Jammu and Kashmir Chief Minister Omar Abdullah feels the Armed Forces Special Powers Act can be withdrawn from some areas in the state with a rider that the army could step in again if the situation so warranted.
He will soon chair a high-level meeting to review the possible withdrawal of Disturbed Areas Act, which may subsequently lead to removal of AFSPA.
“I think the time has come where we can start to objectively look at areas from where the AFSPA can be removed with the understanding that if there is a situation requiring the Army to intervene, we can make a temporary sort of return to that,” Mr. Omar said.
Seeking to reduce the footprint of security personnel in the Valley, Mr. Omar said the state government has started moving back the forces and the recent dismantling of 16 bunkers in Srinagar was a first step.
“We hope to continue until we reach a level where the visible presence is greatly reduced,” he said.
Commenting on opposition to the withdrawal of AFSPA, the Chief Minister said, “No right-thinking person can turn around and tell you that AFSPA should be revoked in one shot. It is not possible at a point where you still have militant encounters and things like that going on.
“The overnight revocation of the AFSPA from the entire state is not possible.”
He, however, said there are areas where the Army has “virtually no presence and virtually no role to play“.
“It is in those areas that we are contemplating withdrawing the Disturbed Areas Act which will then automatically mean that the AFSPA does not apply there,” the Chief Minister said.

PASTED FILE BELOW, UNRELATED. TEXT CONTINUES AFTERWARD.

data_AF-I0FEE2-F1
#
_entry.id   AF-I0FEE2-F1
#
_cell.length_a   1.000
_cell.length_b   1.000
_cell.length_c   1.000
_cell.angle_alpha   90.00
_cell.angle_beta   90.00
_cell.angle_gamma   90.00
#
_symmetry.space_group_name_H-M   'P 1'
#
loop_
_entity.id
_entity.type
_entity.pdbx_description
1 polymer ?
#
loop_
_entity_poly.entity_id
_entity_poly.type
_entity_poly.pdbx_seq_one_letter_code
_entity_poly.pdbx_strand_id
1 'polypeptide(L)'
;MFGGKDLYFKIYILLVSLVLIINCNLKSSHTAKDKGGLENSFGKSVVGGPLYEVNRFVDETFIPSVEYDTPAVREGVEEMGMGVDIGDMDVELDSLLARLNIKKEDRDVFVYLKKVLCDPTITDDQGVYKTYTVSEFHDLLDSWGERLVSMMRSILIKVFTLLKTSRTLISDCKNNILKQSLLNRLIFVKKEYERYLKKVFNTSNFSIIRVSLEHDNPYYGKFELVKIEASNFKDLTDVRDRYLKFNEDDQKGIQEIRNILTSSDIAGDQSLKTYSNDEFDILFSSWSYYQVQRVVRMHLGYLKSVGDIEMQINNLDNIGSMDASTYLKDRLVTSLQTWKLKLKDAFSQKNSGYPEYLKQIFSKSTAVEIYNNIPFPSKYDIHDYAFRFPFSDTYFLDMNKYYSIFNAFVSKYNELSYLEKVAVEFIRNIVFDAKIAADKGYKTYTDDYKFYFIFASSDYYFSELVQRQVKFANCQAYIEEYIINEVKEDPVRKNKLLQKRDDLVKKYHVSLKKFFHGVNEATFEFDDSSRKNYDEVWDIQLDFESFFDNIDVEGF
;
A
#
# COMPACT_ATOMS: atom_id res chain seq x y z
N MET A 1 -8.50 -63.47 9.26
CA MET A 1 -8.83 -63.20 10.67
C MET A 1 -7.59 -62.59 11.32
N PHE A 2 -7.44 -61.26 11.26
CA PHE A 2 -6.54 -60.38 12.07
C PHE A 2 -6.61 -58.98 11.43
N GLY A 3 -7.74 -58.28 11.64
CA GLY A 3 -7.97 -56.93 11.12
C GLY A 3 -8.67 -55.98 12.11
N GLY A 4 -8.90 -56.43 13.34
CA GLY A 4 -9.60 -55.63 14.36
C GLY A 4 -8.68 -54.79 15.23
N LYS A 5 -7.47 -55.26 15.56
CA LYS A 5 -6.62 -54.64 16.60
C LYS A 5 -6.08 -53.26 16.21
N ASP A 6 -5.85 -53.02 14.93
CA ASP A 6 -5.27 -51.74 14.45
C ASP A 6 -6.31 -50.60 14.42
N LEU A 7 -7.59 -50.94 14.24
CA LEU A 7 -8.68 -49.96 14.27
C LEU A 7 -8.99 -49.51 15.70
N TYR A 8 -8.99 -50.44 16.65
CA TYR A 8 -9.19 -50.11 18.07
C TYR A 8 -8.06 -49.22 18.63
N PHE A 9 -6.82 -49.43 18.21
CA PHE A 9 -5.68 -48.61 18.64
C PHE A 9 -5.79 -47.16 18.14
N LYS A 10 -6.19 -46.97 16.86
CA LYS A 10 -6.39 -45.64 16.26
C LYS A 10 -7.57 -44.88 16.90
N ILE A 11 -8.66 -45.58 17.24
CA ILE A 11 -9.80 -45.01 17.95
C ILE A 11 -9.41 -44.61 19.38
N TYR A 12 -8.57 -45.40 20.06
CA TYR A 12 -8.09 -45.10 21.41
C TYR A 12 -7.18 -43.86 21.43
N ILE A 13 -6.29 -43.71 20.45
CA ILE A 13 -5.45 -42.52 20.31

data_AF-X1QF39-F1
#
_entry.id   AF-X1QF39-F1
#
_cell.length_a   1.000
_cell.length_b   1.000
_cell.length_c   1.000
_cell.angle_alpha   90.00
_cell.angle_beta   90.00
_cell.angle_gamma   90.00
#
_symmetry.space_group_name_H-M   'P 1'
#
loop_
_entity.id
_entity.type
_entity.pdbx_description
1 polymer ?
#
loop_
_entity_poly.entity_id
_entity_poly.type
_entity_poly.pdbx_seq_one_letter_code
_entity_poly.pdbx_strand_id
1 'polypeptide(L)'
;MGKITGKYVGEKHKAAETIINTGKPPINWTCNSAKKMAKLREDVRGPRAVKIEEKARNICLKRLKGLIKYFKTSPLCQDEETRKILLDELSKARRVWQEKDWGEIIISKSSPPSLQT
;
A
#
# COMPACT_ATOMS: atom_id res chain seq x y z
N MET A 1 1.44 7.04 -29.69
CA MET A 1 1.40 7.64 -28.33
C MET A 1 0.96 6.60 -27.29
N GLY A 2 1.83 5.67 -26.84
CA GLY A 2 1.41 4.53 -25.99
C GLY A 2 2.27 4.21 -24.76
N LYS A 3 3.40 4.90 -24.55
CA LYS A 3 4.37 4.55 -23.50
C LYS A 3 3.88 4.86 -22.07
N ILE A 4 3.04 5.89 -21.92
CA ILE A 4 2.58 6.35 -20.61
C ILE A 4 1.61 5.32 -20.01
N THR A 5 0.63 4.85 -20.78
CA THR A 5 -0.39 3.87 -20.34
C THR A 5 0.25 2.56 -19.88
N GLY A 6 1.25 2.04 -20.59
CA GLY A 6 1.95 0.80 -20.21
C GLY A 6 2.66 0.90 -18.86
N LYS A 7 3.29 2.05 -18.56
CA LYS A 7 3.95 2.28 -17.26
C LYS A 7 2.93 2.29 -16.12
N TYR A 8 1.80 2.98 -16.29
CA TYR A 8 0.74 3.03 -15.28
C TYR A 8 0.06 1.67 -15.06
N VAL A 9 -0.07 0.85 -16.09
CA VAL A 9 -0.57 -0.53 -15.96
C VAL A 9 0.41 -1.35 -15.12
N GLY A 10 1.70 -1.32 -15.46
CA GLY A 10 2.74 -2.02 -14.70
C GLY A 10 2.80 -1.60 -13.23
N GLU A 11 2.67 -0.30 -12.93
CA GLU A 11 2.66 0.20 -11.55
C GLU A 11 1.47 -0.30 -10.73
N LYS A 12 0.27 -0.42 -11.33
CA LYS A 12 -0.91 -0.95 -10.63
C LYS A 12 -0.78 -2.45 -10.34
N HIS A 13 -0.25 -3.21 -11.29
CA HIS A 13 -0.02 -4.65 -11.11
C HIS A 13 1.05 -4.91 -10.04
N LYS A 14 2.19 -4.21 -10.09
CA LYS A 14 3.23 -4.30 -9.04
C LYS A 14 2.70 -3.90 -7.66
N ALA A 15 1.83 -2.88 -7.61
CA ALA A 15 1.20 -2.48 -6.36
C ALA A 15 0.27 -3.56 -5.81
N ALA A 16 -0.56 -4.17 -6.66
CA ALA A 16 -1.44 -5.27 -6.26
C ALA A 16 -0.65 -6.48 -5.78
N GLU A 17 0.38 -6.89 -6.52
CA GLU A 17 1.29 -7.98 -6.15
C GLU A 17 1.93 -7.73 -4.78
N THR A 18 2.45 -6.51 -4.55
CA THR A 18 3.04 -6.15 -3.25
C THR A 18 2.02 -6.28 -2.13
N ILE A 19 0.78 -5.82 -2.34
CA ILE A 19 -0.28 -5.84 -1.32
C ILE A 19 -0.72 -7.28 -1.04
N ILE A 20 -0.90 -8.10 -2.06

He said he has set up two small committees for Srinagar and Jammu respectively comprising Director General of Police Kuldeep Khoda and Home Secretary B R Sharma besides Corps Commander of Srinagar-based 15 Corps and Corps Commander of Nagrota-based 16 Corps to review the issue.
“After the visit of US President Barack Obama, I will be sitting down with them reviewing what possibilities are there and then we will move forward and implement them,” Mr. Omar said.
He said he understands the need for a legal framework within which the armed forces have to operate and felt that there are two ways of going about it.
“Either you can make that framework less draconian or you do an objective assessment of those areas where that law is no longer required.”
Giving the example of removal of AFSPA from Greater Imphal, he said, “Initially we might have faced a few problems, after that things stabilised. So what is there to suggest you cannot do the same thing for Greater Srinagar, Greater Anantnag, Greater Baramulla and then as your confidence levels grow, you move further.”